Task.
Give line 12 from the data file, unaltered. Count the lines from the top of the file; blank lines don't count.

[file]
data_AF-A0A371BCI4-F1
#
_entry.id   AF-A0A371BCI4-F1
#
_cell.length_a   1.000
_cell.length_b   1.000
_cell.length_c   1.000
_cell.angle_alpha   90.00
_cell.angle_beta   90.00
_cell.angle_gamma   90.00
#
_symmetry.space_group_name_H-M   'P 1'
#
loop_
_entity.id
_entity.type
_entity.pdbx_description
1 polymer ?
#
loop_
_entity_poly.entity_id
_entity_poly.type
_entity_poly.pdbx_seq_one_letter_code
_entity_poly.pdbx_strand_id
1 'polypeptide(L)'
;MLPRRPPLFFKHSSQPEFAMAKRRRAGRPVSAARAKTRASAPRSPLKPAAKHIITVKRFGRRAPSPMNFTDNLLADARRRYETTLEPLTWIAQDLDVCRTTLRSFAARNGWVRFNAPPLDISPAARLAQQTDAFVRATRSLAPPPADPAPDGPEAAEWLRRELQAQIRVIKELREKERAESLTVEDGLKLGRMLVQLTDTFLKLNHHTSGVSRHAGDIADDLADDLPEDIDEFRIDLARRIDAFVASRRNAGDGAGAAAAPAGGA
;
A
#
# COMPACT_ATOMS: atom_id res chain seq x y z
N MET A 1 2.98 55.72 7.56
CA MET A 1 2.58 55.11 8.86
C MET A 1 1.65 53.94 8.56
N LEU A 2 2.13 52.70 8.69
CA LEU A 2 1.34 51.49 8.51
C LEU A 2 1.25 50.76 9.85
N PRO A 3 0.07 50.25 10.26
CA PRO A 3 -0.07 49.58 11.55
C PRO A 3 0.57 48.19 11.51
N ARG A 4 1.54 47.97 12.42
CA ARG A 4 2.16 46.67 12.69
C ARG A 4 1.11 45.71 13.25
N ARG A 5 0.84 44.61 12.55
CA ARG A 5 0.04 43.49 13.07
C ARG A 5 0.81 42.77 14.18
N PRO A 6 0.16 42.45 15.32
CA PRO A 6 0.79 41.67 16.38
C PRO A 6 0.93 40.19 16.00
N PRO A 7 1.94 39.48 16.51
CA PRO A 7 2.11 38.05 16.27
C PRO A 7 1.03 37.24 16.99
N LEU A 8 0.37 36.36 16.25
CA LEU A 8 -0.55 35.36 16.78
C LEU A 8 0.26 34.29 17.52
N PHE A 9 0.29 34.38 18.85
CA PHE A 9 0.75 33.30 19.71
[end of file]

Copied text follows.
_symmetry.space_group_name_H-M   'P 1'